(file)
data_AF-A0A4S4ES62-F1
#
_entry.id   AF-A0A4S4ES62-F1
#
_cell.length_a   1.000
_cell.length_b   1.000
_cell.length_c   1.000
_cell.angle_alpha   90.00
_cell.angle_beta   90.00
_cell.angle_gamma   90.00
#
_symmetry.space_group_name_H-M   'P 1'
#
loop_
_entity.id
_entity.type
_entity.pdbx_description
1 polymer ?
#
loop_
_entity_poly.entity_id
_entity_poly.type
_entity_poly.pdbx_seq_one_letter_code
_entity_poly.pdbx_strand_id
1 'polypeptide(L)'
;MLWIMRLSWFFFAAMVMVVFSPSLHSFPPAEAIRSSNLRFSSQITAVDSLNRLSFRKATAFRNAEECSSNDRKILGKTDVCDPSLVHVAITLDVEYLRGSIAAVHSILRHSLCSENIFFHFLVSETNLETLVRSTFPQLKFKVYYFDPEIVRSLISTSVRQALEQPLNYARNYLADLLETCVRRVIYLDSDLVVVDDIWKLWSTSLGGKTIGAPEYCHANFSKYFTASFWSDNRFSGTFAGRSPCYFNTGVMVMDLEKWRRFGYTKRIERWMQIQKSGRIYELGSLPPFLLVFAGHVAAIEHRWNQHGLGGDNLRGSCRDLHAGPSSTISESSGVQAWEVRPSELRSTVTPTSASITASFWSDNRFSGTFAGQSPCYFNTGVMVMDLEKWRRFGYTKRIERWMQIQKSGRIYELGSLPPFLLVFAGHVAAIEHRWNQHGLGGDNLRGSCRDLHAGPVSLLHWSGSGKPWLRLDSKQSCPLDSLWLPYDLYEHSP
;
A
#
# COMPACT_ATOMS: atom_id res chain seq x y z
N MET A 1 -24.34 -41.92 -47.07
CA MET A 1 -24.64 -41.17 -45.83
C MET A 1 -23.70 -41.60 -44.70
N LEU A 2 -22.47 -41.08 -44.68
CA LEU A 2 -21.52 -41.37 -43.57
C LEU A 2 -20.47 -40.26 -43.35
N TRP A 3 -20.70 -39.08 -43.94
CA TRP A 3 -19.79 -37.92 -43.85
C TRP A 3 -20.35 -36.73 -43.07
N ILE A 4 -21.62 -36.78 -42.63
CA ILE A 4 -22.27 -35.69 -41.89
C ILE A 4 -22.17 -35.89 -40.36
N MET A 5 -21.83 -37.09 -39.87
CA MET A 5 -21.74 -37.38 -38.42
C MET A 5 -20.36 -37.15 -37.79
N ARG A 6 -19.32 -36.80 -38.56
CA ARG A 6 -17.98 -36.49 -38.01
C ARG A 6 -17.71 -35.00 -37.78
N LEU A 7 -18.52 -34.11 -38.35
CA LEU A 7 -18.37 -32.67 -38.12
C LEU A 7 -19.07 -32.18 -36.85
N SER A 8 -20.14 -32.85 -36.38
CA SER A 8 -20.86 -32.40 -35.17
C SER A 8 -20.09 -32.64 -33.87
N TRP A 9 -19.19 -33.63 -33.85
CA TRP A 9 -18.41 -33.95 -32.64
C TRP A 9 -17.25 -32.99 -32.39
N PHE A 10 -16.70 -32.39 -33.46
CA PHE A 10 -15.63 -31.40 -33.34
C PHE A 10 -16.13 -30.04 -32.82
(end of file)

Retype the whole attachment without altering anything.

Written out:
data_AF-A0A4S4ES62-F1
#
_entry.id   AF-A0A4S4ES62-F1
#
_cell.length_a   1.000
_cell.length_b   1.000
_cell.length_c   1.000
_cell.angle_alpha   90.00
_cell.angle_beta   90.00
_cell.angle_gamma   90.00
#
_symmetry.space_group_name_H-M   'P 1'
#
loop_
_entity.id
_entity.type
_entity.pdbx_description
1 polymer ?
#
loop_
_entity_poly.entity_id
_entity_poly.type
_entity_poly.pdbx_seq_one_letter_code
_entity_poly.pdbx_strand_id
1 'polypeptide(L)'
;MLWIMRLSWFFFAAMVMVVFSPSLHSFPPAEAIRSSNLRFSSQITAVDSLNRLSFRKATAFRNAEECSSNDRKILGKTDVCDPSLVHVAITLDVEYLRGSIAAVHSILRHSLCSENIFFHFLVSETNLETLVRSTFPQLKFKVYYFDPEIVRSLISTSVRQALEQPLNYARNYLADLLETCVRRVIYLDSDLVVVDDIWKLWSTSLGGKTIGAPEYCHANFSKYFTASFWSDNRFSGTFAGRSPCYFNTGVMVMDLEKWRRFGYTKRIERWMQIQKSGRIYELGSLPPFLLVFAGHVAAIEHRWNQHGLGGDNLRGSCRDLHAGPSSTISESSGVQAWEVRPSELRSTVTPTSASITASFWSDNRFSGTFAGQSPCYFNTGVMVMDLEKWRRFGYTKRIERWMQIQKSGRIYELGSLPPFLLVFAGHVAAIEHRWNQHGLGGDNLRGSCRDLHAGPVSLLHWSGSGKPWLRLDSKQSCPLDSLWLPYDLYEHSP
;
A
#
# COMPACT_ATOMS: atom_id res chain seq x y z
N MET A 1 -24.34 -41.92 -47.07
CA MET A 1 -24.64 -41.17 -45.83
C MET A 1 -23.70 -41.60 -44.70
N LEU A 2 -22.47 -41.08 -44.68
CA LEU A 2 -21.52 -41.37 -43.57
C LEU A 2 -20.47 -40.26 -43.35
N TRP A 3 -20.70 -39.08 -43.94
CA TRP A 3 -19.79 -37.92 -43.85
C TRP A 3 -20.35 -36.73 -43.07
N ILE A 4 -21.62 -36.78 -42.63
CA ILE A 4 -22.27 -35.69 -41.89
C ILE A 4 -22.17 -35.89 -40.36
N MET A 5 -21.83 -37.09 -39.87
CA MET A 5 -21.74 -37.38 -38.42
C MET A 5 -20.36 -37.15 -37.79
N ARG A 6 -19.32 -36.80 -38.56
CA ARG A 6 -17.98 -36.49 -38.01
C ARG A 6 -17.71 -35.00 -37.78
N LEU A 7 -18.52 -34.11 -38.35
CA LEU A 7 -18.37 -32.67 -38.12
C LEU A 7 -19.07 -32.18 -36.85
N SER A 8 -20.14 -32.85 -36.38
CA SER A 8 -20.86 -32.40 -35.17
C SER A 8 -20.09 -32.64 -33.87
N TRP A 9 -19.19 -33.63 -33.85
CA TRP A 9 -18.41 -33.95 -32.64
C TRP A 9 -17.25 -32.99 -32.39
N PHE A 10 -16.70 -32.39 -33.46
CA PHE A 10 -15.63 -31.40 -33.34
C PHE A 10 -16.13 -30.04 -32.82